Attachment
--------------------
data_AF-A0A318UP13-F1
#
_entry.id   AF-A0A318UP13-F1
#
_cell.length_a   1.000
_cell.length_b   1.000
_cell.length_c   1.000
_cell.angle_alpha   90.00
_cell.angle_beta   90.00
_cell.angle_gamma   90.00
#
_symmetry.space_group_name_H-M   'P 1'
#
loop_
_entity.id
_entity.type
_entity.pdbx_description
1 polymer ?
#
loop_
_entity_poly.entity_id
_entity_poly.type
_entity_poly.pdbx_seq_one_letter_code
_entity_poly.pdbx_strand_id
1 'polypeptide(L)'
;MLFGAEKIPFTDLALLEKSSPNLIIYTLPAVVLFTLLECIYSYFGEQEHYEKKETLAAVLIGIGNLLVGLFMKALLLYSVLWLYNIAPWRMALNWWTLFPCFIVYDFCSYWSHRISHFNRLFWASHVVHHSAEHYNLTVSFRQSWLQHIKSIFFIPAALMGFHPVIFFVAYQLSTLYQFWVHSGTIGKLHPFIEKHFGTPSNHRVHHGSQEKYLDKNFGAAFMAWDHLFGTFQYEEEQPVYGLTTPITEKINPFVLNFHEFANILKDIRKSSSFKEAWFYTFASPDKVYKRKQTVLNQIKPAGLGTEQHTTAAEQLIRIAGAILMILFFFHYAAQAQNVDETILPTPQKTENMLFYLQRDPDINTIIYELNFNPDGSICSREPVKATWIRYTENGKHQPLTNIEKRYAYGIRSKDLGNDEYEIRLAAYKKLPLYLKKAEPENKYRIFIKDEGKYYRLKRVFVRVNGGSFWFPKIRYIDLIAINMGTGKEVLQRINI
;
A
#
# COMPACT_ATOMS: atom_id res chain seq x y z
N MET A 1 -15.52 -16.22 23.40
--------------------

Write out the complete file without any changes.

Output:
data_AF-A0A318UP13-F1
#
_entry.id   AF-A0A318UP13-F1
#
_cell.length_a   1.000
_cell.length_b   1.000
_cell.length_c   1.000
_cell.angle_alpha   90.00
_cell.angle_beta   90.00
_cell.angle_gamma   90.00
#
_symmetry.space_group_name_H-M   'P 1'
#
loop_
_entity.id
_entity.type
_entity.pdbx_description
1 polymer ?
#
loop_
_entity_poly.entity_id
_entity_poly.type
_entity_poly.pdbx_seq_one_letter_code
_entity_poly.pdbx_strand_id
1 'polypeptide(L)'
;MLFGAEKIPFTDLALLEKSSPNLIIYTLPAVVLFTLLECIYSYFGEQEHYEKKETLAAVLIGIGNLLVGLFMKALLLYSVLWLYNIAPWRMALNWWTLFPCFIVYDFCSYWSHRISHFNRLFWASHVVHHSAEHYNLTVSFRQSWLQHIKSIFFIPAALMGFHPVIFFVAYQLSTLYQFWVHSGTIGKLHPFIEKHFGTPSNHRVHHGSQEKYLDKNFGAAFMAWDHLFGTFQYEEEQPVYGLTTPITEKINPFVLNFHEFANILKDIRKSSSFKEAWFYTFASPDKVYKRKQTVLNQIKPAGLGTEQHTTAAEQLIRIAGAILMILFFFHYAAQAQNVDETILPTPQKTENMLFYLQRDPDINTIIYELNFNPDGSICSREPVKATWIRYTENGKHQPLTNIEKRYAYGIRSKDLGNDEYEIRLAAYKKLPLYLKKAEPENKYRIFIKDEGKYYRLKRVFVRVNGGSFWFPKIRYIDLIAINMGTGKEVLQRINI
;
A
#
# COMPACT_ATOMS: atom_id res chain seq x y z
N MET A 1 -15.52 -16.22 23.40